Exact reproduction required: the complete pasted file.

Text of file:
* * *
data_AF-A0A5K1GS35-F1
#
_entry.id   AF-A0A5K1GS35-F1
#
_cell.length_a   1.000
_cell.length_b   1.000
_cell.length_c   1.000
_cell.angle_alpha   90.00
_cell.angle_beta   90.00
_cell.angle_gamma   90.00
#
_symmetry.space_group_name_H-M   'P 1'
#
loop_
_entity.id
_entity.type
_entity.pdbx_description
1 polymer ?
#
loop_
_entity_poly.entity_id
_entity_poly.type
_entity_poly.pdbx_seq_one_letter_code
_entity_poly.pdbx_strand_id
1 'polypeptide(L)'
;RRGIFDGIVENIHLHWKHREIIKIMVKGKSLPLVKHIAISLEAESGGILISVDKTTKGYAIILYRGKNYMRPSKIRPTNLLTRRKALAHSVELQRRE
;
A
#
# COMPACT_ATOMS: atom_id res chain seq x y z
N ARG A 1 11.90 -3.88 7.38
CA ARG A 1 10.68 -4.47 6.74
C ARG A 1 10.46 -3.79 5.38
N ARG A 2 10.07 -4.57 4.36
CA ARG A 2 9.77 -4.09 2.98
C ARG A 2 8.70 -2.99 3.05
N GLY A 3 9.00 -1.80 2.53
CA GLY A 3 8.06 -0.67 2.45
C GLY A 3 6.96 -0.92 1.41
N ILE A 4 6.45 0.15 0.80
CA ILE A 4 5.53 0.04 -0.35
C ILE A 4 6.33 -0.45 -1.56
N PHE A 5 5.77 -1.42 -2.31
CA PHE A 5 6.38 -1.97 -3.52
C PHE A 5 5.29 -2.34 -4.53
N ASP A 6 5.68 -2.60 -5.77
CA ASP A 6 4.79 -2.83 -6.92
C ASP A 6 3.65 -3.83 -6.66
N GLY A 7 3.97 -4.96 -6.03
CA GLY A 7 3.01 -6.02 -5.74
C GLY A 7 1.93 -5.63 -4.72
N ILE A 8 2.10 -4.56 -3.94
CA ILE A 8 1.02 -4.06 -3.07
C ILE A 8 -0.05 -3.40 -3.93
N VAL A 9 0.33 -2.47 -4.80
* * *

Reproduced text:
data_AF-A0A5K1GS35-F1
#
_entry.id   AF-A0A5K1GS35-F1
#
_cell.length_a   1.000
_cell.length_b   1.000
_cell.length_c   1.000
_cell.angle_alpha   90.00
_cell.angle_beta   90.00
_cell.angle_gamma   90.00
#
_symmetry.space_group_name_H-M   'P 1'
#
loop_
_entity.id
_entity.type
_entity.pdbx_description
1 polymer ?
#
loop_
_entity_poly.entity_id
_entity_poly.type
_entity_poly.pdbx_seq_one_letter_code
_entity_poly.pdbx_strand_id
1 'polypeptide(L)'
;RRGIFDGIVENIHLHWKHREIIKIMVKGKSLPLVKHIAISLEAESGGILISVDKTTKGYAIILYRGKNYMRPSKIRPTNLLTRRKALAHSVELQRRE
;
A
#
# COMPACT_ATOMS: atom_id res chain seq x y z
N ARG A 1 11.90 -3.88 7.38
CA ARG A 1 10.68 -4.47 6.74
C ARG A 1 10.46 -3.79 5.38
N ARG A 2 10.07 -4.57 4.36
CA ARG A 2 9.77 -4.09 2.98
C ARG A 2 8.70 -2.99 3.05
N GLY A 3 9.00 -1.80 2.53
CA GLY A 3 8.06 -0.67 2.45
C GLY A 3 6.96 -0.92 1.41
N ILE A 4 6.45 0.15 0.80
CA ILE A 4 5.53 0.04 -0.35
C ILE A 4 6.33 -0.45 -1.56
N PHE A 5 5.77 -1.42 -2.31
CA PHE A 5 6.38 -1.97 -3.52
C PHE A 5 5.29 -2.34 -4.53
N ASP A 6 5.68 -2.60 -5.77
CA ASP A 6 4.79 -2.83 -6.92
C ASP A 6 3.65 -3.83 -6.66
N GLY A 7 3.97 -4.96 -6.03
CA GLY A 7 3.01 -6.02 -5.74
C GLY A 7 1.93 -5.63 -4.72
N ILE A 8 2.10 -4.56 -3.94
CA ILE A 8 1.02 -4.06 -3.07
C ILE A 8 -0.05 -3.40 -3.93
N VAL A 9 0.33 -2.47 -4.80